“It’s also the first time that we’ve recorded properly with Kevin (Fisher – bass) and he brings a lot of different ideas to the table.
“Musically – we work very much as a group. The sounds, structure and dynamics of the songs come from us experimenting and putting our ideas into the tune tub. It seems to come out OK!”
The record lyrically continues in a broadly similar direction to previous songs and Mrs MPT is a fan of the fact that the album references her (and Graeme’s) hometown of Broughty Ferry.
“Lyrically from our debut EP ‘Homeward Sound’ to the album, each release has had a few references of home dropped in.
“I’ve never shied away from the fact that a lot of the lyrics and songs are personal tales, normally linking to me growing up in Broughty Ferry and friends / relationships of that time (‘Late Show’ / ‘The Art of Underachieving’), right up to me currently staying in West Linton in the Borders (‘Year of the Cat’ / ‘Season of Screams’).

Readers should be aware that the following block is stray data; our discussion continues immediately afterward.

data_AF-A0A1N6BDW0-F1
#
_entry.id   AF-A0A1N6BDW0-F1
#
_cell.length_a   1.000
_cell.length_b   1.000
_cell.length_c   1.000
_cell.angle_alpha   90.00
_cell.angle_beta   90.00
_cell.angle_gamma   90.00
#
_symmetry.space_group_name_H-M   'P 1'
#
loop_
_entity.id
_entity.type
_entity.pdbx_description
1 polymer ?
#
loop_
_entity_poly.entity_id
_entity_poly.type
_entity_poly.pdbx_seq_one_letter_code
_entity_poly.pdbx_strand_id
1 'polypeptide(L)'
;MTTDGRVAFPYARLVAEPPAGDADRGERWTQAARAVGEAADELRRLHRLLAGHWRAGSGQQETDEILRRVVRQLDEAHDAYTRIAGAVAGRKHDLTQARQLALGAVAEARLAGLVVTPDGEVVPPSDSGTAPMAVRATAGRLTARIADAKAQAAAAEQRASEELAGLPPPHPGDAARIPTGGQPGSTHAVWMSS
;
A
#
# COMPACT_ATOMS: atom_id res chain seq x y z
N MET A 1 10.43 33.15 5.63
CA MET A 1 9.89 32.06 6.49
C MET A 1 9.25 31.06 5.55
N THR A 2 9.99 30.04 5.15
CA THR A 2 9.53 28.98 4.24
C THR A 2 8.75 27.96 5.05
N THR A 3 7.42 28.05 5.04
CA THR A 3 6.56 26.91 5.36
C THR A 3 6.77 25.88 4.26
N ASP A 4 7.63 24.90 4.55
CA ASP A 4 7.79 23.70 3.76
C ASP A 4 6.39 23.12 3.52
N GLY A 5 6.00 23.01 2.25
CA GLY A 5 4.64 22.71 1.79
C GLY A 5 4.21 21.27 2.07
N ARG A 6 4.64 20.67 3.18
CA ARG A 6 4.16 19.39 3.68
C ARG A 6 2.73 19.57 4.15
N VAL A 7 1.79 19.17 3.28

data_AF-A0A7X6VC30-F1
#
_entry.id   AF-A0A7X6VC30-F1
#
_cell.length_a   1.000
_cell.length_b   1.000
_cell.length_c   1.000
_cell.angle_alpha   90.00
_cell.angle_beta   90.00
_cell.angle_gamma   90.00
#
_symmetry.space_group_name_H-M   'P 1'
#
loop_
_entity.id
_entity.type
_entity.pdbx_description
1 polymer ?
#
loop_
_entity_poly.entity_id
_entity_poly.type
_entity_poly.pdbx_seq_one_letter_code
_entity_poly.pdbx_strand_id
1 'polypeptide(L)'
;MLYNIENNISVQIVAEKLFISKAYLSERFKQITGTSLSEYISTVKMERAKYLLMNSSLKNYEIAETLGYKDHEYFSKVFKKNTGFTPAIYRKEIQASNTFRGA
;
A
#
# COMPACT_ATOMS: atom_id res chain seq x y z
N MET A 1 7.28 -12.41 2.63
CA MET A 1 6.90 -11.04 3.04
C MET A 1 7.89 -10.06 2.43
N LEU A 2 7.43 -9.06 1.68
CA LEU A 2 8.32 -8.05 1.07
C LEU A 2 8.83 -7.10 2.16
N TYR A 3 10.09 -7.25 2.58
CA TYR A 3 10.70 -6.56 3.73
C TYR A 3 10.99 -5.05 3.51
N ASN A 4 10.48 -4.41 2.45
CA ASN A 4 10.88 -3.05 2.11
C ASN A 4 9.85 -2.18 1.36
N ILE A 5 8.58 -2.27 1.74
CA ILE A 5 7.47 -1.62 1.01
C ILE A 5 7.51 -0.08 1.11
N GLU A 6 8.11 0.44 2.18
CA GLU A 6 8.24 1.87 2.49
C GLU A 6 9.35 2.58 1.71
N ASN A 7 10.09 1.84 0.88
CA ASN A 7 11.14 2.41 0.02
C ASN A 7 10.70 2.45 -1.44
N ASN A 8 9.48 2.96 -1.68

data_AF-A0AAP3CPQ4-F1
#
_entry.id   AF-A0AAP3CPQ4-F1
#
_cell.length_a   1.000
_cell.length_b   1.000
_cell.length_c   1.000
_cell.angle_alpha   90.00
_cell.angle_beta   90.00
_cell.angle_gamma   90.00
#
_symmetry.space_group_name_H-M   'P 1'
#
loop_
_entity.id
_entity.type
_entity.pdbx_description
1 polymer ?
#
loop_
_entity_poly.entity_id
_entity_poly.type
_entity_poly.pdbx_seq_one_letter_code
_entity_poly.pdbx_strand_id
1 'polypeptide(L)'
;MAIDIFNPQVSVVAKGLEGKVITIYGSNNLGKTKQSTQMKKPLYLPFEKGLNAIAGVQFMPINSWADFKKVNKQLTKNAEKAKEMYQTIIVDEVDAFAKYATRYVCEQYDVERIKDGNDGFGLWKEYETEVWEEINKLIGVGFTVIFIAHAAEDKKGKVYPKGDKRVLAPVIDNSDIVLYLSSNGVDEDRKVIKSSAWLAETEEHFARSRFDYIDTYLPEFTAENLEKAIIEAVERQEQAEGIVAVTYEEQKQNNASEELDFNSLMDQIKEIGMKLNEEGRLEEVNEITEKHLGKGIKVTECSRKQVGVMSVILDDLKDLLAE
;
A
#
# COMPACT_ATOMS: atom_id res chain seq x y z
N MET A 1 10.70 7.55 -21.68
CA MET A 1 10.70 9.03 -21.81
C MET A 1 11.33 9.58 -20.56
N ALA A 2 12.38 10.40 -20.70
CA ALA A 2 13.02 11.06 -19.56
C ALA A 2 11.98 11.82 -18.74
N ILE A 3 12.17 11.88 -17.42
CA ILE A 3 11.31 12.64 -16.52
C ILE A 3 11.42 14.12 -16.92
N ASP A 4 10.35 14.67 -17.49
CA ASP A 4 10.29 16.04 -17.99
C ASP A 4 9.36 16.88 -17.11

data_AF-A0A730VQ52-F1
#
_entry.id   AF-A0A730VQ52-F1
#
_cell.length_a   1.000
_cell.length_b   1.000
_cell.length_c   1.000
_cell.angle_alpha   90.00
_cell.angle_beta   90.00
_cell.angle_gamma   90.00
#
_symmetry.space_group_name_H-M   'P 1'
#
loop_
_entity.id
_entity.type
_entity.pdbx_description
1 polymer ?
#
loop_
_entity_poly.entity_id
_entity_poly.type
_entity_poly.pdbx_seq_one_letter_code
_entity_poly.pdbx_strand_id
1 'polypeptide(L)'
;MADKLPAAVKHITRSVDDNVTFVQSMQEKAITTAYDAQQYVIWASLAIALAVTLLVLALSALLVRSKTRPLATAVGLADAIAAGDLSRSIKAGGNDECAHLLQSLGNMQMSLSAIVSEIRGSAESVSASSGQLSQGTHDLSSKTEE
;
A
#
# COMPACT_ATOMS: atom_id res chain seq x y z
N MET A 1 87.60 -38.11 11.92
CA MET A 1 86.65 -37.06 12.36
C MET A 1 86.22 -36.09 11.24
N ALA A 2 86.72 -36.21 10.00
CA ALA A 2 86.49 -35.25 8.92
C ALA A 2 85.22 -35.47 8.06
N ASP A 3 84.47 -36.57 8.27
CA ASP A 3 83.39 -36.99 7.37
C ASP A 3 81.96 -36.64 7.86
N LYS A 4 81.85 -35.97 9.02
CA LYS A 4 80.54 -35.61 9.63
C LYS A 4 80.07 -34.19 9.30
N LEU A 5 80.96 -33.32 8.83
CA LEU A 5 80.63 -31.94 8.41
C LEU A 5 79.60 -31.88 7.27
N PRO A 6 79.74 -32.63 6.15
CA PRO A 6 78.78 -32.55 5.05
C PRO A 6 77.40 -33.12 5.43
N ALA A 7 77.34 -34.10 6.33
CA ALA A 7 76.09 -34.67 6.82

“Story wise, it nearly always comes from a true event but I do like to skew it slightly – a bit like Chinese whispers I suppose! A lot of the songs come from my frustrations of the mundane everyday challenges and chores that we face.
“I thought writing the songs might make them go away but they are sadly still lingering on.”
If those frustrations are going to mean that Book Group continue to make great records then I’m all for Graeme continuing to work them through in song. Certainly ‘The Great Indoors’ is destined to be one of the releases of the year.
To promote the record, Book Group have a co-headline show with Adam Stafford at the Cool Cat Club at Beat Generator Live on Saturday (21st May). Support comes from the excellent Hans Klammer.
The show will be preceded by an in-store at Broughty Ferry record shop Assai – at 4 p.m. on Saturday.
Prior to the Dundee appearance the band are heading to Inverness for a show at Mad Hatters on Friday 20th.
‘The Great Indoors’ is available from the Book Group Bandcamp and some good record shops.